As regular VC readers know, I've been highly critical of Mearsheimer and Walt's "Israel Lobby" paper. However, I think many of their critics are erring in accusing the authors of anti-Semitism without supporting evidence. Where some critics see anti-Semitism, I see what is much more likely the result of simple sheer arrogance. As is very clear from the paper, Mearsheimer and Walt have firmly concluded that U.S. support of Israel is CLEARLY neither strategically nor morally justified. They are sufficiently arrogant that they assume that any normal, right-thinking person who looked objectively at the evidence would agree with them. Thus, U.S. policy would naturally not be supportive of Israel. The fact that it is supportive of Israel leads the authors to a conundrum: either acknowledge that reasonable people might disagree with their conclusions (which would provide a non-conspiratorial basis U.S. support for Israel), or assume that there is a wide-ranging conspiracy involving an amorphous "Israel lobby" biasing U.S. policy in favor of Israel. Rather than suspend their arrogant view that everyone sensible agrees with them, the authors adopt the conspiracy theory (not uniquely in this respect), and engage in sloppily researched and ill-reasoned inferences to support it. The Israel lobby also explains, in their view, other anomalies that they can't otherwise explain, like how all reasonable people failed to agree with them that the Iraq War was not in U.S. interests.
The fact that Mearsheimer and Walt reasoned backwards from an inane, apparently arrogance-driven thesis, and wrote a "piss poor" (as Drezner put it) paper to support it, is reason enough to criticize these two well-known "scholars". No need to pile on unsubstantiated allegations of anti-Semitism. Indeed, such allegations drown out more substantive criticisms.
Admittedly, writing about alleged largely Jewish-driven conspiracies gives succor to anti-Semites, and for that reason, individuals sensitive to such concerns would be especially careful about circulating academic work on that theme that's not well-documented and reasoned. But a failure to be sensitive about anti-Semitism, or the anti-Semitic implicatons others will take from one's work, is simply that, and is not itself persuasive evidence of anti-Semitism. To put it another way, all anti-Semites will be insensitive about anti-Semitism, but most individuals who are not sensitive about anti-Semitism are not anti-Semites.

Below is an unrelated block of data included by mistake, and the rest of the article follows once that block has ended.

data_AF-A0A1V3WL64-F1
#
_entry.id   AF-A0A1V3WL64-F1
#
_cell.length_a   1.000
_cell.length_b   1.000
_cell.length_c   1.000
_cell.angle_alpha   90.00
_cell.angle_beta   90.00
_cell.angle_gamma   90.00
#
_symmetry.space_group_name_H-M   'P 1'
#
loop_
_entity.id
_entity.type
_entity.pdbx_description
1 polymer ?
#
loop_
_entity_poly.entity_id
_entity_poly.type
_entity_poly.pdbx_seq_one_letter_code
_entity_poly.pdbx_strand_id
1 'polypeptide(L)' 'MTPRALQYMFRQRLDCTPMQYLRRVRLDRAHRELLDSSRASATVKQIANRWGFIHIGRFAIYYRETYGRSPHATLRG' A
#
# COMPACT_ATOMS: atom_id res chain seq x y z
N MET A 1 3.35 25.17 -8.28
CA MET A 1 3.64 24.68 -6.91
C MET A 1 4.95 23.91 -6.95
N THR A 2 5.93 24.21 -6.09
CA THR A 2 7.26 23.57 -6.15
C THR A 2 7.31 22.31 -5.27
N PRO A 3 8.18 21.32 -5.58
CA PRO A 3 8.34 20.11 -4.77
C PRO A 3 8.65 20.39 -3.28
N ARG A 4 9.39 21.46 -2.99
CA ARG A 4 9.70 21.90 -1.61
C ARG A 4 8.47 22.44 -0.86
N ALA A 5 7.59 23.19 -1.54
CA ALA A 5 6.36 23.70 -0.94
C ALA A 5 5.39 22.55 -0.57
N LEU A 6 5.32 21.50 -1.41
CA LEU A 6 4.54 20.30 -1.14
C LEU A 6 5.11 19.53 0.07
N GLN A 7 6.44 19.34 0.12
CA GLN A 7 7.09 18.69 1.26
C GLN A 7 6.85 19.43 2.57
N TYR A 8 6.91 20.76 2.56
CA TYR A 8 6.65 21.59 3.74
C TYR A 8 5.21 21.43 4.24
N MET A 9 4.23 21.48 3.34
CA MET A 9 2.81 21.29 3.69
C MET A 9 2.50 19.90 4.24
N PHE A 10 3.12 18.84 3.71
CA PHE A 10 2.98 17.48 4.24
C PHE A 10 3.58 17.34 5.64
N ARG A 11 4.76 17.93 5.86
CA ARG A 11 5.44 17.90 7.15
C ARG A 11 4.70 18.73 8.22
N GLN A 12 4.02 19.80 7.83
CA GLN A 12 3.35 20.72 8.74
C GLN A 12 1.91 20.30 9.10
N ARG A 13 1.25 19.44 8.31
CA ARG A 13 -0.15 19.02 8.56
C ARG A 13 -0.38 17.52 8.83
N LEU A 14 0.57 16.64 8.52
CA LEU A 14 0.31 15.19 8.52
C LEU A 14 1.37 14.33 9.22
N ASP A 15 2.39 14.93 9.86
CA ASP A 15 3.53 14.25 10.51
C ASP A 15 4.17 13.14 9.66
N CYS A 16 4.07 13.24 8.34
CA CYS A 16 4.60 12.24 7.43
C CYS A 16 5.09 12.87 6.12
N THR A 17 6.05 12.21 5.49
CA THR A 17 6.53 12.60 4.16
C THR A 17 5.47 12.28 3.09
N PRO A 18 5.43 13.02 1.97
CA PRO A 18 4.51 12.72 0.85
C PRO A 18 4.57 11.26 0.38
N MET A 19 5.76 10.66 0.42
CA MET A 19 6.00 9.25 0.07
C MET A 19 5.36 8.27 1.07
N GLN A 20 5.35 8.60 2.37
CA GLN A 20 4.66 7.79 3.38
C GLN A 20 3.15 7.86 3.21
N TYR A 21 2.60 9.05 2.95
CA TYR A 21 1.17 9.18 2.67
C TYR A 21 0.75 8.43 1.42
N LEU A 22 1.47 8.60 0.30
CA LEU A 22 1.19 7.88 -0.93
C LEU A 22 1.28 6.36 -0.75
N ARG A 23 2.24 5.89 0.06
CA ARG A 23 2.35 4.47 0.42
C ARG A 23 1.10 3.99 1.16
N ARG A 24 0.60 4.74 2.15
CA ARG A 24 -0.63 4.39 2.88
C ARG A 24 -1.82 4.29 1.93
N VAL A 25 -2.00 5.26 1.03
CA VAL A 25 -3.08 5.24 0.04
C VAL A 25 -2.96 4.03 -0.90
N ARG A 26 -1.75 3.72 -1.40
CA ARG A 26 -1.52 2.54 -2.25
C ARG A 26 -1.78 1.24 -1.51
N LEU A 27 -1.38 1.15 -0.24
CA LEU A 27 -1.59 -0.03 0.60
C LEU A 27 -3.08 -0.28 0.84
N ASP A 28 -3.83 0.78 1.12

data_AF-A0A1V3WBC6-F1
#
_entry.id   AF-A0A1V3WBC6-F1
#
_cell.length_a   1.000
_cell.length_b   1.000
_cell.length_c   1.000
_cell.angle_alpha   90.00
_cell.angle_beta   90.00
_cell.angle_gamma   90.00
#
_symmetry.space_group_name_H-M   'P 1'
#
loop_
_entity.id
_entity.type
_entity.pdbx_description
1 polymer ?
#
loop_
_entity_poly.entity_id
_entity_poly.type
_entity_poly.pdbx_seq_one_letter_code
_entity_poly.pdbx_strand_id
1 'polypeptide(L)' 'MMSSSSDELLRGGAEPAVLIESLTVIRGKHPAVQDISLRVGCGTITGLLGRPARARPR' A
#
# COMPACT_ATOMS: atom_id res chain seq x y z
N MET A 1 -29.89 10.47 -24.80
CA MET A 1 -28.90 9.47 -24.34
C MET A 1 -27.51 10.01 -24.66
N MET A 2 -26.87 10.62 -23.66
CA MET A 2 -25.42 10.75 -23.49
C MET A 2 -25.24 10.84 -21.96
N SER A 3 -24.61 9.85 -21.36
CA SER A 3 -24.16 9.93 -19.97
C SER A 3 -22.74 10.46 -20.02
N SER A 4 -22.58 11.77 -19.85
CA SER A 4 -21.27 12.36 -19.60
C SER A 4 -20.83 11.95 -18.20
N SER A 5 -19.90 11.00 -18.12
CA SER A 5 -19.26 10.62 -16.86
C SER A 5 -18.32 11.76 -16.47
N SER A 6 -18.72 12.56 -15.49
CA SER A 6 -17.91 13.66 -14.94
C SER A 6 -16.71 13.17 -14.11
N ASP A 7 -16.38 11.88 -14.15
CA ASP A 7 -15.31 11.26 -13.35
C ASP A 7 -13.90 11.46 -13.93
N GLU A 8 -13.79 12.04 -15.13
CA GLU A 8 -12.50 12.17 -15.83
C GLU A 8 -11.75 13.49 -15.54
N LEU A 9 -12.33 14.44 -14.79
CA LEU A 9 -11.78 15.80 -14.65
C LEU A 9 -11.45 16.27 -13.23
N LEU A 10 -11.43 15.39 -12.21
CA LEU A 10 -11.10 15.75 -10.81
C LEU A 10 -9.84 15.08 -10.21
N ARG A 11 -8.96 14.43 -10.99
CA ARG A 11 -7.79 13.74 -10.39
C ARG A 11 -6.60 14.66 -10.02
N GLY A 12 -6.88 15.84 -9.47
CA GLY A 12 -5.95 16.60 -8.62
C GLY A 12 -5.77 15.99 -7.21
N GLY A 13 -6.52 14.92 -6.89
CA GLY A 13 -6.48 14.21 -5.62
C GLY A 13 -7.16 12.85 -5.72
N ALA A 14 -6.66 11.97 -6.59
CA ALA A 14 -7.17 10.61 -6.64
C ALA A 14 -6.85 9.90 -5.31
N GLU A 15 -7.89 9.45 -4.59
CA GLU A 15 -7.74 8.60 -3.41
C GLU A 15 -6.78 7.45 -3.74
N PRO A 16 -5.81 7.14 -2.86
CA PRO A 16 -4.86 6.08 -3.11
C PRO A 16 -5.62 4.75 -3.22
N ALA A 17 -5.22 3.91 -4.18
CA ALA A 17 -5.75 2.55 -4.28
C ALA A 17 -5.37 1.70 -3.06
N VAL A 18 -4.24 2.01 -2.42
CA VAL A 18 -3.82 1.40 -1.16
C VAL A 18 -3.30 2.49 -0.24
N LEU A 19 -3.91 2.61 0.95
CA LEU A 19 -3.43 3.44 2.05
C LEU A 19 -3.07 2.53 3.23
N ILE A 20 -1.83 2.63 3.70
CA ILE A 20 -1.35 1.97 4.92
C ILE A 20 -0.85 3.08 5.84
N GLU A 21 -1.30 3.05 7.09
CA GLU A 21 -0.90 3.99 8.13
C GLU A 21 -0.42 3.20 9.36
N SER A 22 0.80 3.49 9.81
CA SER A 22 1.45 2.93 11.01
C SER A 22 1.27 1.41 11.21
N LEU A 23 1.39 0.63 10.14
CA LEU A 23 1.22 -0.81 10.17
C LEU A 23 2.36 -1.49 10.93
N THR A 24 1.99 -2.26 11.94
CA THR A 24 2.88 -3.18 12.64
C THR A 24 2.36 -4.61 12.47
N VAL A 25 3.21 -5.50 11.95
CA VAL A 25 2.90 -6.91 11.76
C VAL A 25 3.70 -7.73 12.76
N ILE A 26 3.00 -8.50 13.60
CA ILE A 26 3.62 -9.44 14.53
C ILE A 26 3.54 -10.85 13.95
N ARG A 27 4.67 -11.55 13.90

UPDATE: You're really in trouble when an anti-Israel diatribe can't win the support of Christopher Hitchens or even Noam Chomsky (the latter nevertheless praises the authors' "courage" as if criticizing Israel at an elite university is brave).
Peck on the "Israel Lobby":
Via the Independent Institute, which is unfortunately promoting this dreck, I've come across a thoroughly dishonest article by Edward Peck on the controversy over the Mearsheimer and Walt "Israel Lobby" paper. How dishonest?
Peck: "The expected tsunami of rabid responses condemned the report, vilified its authors, and denied there is such a lobby"
"Shrill insistence that no groups promote Israel is ludicrous."
There are many other flaws in this article, which I'd Fisk more throughly if I didn't have to prepare for two classes tomorrow. But for now, I think it's sufficient to address this challenge to "Ambassador" [I hate using former titles as current titles] Peck: Identify any source that denied that there is an Israel lobby (as opposed to those, like me, who argued that Mearsheimer and Walt's definition of the "Israel lobby" is absurdly broad, and contrary to the normal meaning of the word), or that any groups promote Israel.
Okay, I promised no full Fisking, but I can't resist raising one more point. Peck suggests that the "Israel Lobby" (which he never defines) "prevents" "public knowledge, discussion and debate" on the U.S.-Israel relationship. Really? Has Noam Chomsky been arrested? Has Juan Cole been exiled? Have The Nation and the Village Voice been shut down? Is Jimmy Carter an Israeli mole? Have Mearsheimer and Walt been assassinated? Has any U.S. critic of Israel met with any sort of violence at all? For that matter, aren't Middle East Studies departments in the U.S. thoroughly dominated by academics who favor the Arab position in the Arab-Israeli conflict? It's more than a bit odd for a libertarian outfit like the Independent Institute to promote articles claiming that just because a certain perspective has found only a small popular audience, that the holders of that perspective, who have been subject to no state or private force, have been prevented from promoting their views. And it's especially odd when those views are expressed all the time.